Luke - On National Trust land it's very hard to quantify, because we don't have a really accurate census of our tree population anywhere. But we know that we're going to need to fell around 40,000 trees this year on National Trust land, just where they could affect public safety if they die - this is by roads or by buildings where people congregate - because as the ash trees die, they become unstable and compose a risk to people. But we think we've got anywhere up to two and a half million ash trees on National Trust land that we won't have to fell; they're just going to die of ash dieback. And it's hard to estimate how many of them are very severely affected this year, but it's quite a high proportion I'm afraid.
Adam - Let's say the worst happens and we lose all those trees; what kind of an impact is that going to have for British wildlife and ecology?
Luke - It's going to have a really big impact. It's going to be very, very sad, frankly. I suppose there's a couple of separate things to tease apart: there's ash in woodlands, and there are some places where it won't have such a catastrophic impact. If ash forms a relatively low proportion of a mixed wood with other species present, then the increased light in that wood as the ash die might actually benefit some species. So that's a thread of hope to hang onto. But where we've got ash dominating entire woodlands we often get a really special ground flora: lots of interesting wildflowers in ash woodlands, because it casts a particularly light shade and its leaves are cycled into the nutrient cycle much more rapidly, so the conditions for wildflowers are great; and that's going to change hugely as whole ash woods die, potentially. So that's going to be really sad. And then the other really sad thing is open grown trees, trees outside woods, places like the Lake District where we've got very significant ash pollards. Pollards are trees that have been caught continually through human history, for firewood and for fodder and for other uses. They're very culturally significant, but they're also home to lots of rare invertebrates that live in the decaying wood in their centre and lichens on their bark. And so we're going to lose all the special species related to open grown ash trees as well. That's before we even get onto ecosystem services. We think that the ash trees on National Trust land might be sequestering anything up to about 700,000 tons of CO2 equivalent; and they provide all kinds of other benefits obviously, whether it's shading or flood alleviation, all those great things that trees do. So the impact is going to be very, very significant.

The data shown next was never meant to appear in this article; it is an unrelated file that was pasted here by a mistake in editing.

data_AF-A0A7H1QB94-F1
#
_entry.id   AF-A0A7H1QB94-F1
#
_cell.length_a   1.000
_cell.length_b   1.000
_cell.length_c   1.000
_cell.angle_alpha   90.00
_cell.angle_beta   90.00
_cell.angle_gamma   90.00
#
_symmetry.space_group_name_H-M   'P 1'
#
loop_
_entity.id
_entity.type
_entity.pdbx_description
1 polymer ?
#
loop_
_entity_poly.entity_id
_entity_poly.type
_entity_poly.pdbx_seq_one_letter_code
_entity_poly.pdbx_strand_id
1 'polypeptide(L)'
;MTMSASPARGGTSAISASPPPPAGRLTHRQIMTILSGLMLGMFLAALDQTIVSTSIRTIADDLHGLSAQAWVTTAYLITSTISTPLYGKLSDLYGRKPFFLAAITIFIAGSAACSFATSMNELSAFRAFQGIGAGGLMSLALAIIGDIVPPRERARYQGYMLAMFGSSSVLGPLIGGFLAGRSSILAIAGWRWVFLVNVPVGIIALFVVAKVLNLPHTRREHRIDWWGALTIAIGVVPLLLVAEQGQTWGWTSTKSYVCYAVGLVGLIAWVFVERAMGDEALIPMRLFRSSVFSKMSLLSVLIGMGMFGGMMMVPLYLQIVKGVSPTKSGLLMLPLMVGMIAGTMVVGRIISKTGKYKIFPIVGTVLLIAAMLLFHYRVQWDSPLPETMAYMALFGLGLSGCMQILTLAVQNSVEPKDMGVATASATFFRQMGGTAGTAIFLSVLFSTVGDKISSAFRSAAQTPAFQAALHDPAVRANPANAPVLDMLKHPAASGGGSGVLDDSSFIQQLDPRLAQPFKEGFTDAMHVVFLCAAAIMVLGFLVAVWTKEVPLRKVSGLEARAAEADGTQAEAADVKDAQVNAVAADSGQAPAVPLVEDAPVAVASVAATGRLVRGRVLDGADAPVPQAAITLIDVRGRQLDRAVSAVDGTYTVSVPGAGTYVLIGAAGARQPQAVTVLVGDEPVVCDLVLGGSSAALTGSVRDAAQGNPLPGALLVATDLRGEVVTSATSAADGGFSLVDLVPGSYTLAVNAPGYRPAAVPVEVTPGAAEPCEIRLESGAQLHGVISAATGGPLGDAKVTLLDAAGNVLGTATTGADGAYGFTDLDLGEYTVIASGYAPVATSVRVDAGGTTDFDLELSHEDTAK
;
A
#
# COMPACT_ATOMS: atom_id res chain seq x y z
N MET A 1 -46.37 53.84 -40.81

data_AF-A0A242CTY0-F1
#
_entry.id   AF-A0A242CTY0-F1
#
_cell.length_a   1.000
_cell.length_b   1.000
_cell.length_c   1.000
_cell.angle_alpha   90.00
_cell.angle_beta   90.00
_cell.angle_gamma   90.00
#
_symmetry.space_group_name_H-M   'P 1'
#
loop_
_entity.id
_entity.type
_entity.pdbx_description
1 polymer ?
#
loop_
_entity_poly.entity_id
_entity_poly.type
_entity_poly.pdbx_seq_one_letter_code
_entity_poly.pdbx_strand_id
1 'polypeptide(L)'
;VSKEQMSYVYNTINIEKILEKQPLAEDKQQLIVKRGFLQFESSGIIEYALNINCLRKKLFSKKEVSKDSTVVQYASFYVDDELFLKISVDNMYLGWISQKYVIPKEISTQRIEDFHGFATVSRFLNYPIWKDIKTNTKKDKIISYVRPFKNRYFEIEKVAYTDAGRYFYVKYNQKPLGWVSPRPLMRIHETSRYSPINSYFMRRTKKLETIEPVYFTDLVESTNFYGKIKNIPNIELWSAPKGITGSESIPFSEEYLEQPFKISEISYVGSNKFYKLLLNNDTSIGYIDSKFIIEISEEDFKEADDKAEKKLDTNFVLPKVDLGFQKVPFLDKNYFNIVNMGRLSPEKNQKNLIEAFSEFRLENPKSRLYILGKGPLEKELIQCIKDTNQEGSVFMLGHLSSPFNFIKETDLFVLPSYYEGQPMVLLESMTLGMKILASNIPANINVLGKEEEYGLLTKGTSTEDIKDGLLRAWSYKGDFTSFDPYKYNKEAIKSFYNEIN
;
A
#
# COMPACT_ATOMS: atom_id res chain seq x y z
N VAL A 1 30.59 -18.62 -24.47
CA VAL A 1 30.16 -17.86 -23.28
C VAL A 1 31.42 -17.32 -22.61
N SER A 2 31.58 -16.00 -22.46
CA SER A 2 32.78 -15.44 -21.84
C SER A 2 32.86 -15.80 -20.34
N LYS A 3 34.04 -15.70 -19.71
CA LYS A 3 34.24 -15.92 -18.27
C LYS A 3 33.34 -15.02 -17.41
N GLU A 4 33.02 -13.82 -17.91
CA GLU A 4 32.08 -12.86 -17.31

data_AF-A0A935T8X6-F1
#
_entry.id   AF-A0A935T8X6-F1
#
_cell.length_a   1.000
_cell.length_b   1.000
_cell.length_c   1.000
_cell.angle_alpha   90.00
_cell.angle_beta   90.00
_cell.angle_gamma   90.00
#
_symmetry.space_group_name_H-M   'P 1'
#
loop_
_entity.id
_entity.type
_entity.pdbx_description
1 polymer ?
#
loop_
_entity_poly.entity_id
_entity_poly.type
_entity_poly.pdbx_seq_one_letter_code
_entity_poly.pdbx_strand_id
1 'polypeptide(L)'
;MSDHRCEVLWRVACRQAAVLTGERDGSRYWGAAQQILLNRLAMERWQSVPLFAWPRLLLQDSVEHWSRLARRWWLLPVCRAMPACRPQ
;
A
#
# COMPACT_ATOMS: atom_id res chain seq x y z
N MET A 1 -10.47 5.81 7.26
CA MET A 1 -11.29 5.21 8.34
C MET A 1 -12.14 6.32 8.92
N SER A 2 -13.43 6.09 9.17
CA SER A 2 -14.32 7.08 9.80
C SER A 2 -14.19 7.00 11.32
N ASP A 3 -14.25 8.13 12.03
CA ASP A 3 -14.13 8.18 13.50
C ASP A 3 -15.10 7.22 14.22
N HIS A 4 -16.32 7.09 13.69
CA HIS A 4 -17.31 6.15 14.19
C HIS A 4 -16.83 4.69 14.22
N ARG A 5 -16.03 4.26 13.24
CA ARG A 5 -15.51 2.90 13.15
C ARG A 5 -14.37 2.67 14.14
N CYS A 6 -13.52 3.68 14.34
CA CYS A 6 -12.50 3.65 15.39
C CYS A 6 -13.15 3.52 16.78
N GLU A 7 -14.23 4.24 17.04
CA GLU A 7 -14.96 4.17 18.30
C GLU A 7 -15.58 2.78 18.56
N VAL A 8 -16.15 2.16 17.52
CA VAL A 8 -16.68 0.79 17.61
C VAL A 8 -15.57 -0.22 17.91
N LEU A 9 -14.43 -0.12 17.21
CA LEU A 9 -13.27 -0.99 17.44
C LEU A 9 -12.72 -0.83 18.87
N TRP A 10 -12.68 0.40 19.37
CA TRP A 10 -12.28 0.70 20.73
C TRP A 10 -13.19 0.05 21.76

Adam - What can we do about it? It seems like a massive problem that we should be on top of.
Luke - It's a massive problem. There are subtle things we can do to mitigate some of those impacts for nature in ash woods, by planting other appropriate species, or outside woods by making sure we plant lots of trees. And that really is the long and short of it. In terms of the climate crisis, the crisis in biodiversity, we really, really, really need to establish a lot more trees. And we also need to establish a lot more species, and really make a huge increase in tree cover and make it more resilient to future threats.